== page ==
Once the fiber is dry, it’s ready to flick, comb, card or lock spin into yarn. If those high grease fleeces still feel greasy, it’s ok to get another scour and rinse WITH fiber rinse in, but I wouldn’t worry about it unless it’s hard to process or spin. You still have to set your yarn AND wash and block your finished object. Over processing now will only augment damage to the fiber later. And remember, those finished objects have a long career ahead of them.
If you are still worried about your tips and want to make sure you don’t need another round, go ahead and flick them open to release the dirt (experience will generally have you do this as part of your pre spinning preparation instead). If the tips were damaged, they’ll come off in the flicker and there’s no cause for alarm. You may achieve this by tapping or by twisting the lock in the center and brushing the ends. Tapping opens the fiber into a cloud, brushing retains lock structure. Tapping is a woolen preparation and creates a lofty airy yarn, brushing is worsted and creates a smooth, dense yarn.
Congratulations! Your fiber is ready to spin. Wasn’t that easy?
Frequently Asked Questions
What is this black stuff?
Most likely it’s tar – oxidized lanolin and grease. Let it soak a while and it will come out when you flick. It is not a cause for concern, but a cold soak would be helpful as they tend to be stubborn.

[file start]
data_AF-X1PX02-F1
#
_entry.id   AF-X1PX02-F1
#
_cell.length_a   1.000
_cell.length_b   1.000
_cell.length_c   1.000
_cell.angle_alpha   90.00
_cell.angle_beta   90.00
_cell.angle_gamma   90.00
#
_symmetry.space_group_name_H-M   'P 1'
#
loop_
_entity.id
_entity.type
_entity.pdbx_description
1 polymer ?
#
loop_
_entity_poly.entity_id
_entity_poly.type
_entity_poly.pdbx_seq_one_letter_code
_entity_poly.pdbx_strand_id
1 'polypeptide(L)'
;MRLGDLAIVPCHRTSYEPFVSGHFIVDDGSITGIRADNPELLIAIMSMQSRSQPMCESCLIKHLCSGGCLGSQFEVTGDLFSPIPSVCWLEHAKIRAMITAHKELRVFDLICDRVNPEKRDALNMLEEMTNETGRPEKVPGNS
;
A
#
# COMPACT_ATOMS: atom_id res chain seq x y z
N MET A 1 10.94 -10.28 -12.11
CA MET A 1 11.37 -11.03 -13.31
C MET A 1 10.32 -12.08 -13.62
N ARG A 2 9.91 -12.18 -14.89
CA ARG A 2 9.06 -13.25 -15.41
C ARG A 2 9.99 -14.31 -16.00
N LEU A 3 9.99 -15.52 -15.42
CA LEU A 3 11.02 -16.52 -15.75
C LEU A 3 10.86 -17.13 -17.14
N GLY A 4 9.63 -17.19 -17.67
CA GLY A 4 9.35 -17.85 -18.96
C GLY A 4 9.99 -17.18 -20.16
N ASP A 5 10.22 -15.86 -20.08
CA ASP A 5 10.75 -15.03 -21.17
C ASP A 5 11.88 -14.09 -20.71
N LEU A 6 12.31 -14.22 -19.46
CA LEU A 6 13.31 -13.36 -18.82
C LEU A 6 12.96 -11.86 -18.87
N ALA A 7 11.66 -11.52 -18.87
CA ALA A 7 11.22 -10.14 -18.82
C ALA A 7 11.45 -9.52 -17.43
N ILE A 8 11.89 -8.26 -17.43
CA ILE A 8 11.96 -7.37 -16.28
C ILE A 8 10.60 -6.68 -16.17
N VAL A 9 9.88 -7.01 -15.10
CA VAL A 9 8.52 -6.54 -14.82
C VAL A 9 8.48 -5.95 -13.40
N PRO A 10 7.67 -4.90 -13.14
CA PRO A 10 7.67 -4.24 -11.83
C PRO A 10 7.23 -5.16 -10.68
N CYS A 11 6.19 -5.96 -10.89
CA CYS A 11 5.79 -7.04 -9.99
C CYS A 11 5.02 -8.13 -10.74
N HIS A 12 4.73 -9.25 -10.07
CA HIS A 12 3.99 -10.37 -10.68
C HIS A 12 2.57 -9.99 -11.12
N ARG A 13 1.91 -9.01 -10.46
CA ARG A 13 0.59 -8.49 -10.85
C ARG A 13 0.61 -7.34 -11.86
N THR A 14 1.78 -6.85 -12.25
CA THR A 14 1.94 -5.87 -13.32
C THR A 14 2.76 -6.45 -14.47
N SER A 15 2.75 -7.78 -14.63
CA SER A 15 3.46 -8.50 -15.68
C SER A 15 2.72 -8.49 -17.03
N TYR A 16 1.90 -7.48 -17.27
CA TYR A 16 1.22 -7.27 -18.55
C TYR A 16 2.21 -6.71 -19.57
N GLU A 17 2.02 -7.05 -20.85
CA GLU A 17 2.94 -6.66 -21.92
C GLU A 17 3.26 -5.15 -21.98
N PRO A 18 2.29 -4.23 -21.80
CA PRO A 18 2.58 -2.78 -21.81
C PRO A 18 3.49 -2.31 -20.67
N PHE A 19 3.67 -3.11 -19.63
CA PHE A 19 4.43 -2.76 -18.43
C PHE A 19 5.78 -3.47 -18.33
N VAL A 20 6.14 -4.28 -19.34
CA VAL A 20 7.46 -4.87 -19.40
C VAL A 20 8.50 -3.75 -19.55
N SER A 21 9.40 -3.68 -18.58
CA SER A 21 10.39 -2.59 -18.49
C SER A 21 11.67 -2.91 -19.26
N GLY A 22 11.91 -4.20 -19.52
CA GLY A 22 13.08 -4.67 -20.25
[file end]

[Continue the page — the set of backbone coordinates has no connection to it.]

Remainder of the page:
Why is it so grimy?
Sheep live outside and some like lounging in mud. Some even snuggle into compost heaps. They don’t shower and even though they may get rained on, it doesn’t help them much unless they walk through a moving stream or river, thanks to all that grease. That’s why we use hot water and scour.
My wool isn’t white!?
White comes in many shades from almost bleach to creamy butter. Wool runs the gamut. If you want bleach white – well, wool is probably the wrong fiber for you. If you try bleaching it, it’s likely to be damaged. Take a page out of Beth Smith’s book and love all the shades of white!
The tips aren’t completely clean, do I scour it again?
If you scoured as instructed, then no. Those tips have some staining from the grease or still contain trapped dirt. The fleece is clean; flicking it will open the tips and release the dirt. Once it’s dry – is it still really greasy? Then the water temp may not have been high enough. This sometimes happens with very fine wools like merino. Do a “second scour’ again this time adding a kettle of boiling water and re-rinse and dry. It should solve your problem.
Now those links to my favorite wool scouring posts: